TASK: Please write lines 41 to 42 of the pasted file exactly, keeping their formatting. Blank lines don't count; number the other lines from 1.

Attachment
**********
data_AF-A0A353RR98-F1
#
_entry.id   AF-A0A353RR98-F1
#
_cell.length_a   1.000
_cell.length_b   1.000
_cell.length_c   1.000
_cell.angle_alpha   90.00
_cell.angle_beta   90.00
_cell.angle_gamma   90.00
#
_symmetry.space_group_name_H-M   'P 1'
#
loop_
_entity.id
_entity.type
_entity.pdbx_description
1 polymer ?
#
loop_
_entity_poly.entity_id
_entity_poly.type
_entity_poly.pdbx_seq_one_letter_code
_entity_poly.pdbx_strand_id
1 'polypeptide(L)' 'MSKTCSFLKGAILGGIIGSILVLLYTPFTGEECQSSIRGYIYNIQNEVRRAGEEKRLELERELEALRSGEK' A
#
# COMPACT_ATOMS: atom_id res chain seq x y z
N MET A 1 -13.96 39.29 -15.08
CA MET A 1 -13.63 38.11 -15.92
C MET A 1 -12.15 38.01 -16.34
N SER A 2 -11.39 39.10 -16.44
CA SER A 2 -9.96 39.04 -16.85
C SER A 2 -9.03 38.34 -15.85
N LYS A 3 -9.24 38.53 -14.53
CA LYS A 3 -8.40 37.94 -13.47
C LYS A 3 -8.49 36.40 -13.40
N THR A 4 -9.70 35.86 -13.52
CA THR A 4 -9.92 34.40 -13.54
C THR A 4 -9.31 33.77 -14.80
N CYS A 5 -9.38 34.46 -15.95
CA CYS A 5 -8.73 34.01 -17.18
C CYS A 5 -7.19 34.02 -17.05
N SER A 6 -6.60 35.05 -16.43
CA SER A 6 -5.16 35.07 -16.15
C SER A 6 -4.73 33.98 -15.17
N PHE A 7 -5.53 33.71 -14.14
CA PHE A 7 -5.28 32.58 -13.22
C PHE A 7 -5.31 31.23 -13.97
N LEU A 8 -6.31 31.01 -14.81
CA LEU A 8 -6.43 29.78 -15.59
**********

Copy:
CA CYS A 5 -8.73 34.01 -17.18
C CYS A 5 -7.19 34.02 -17.05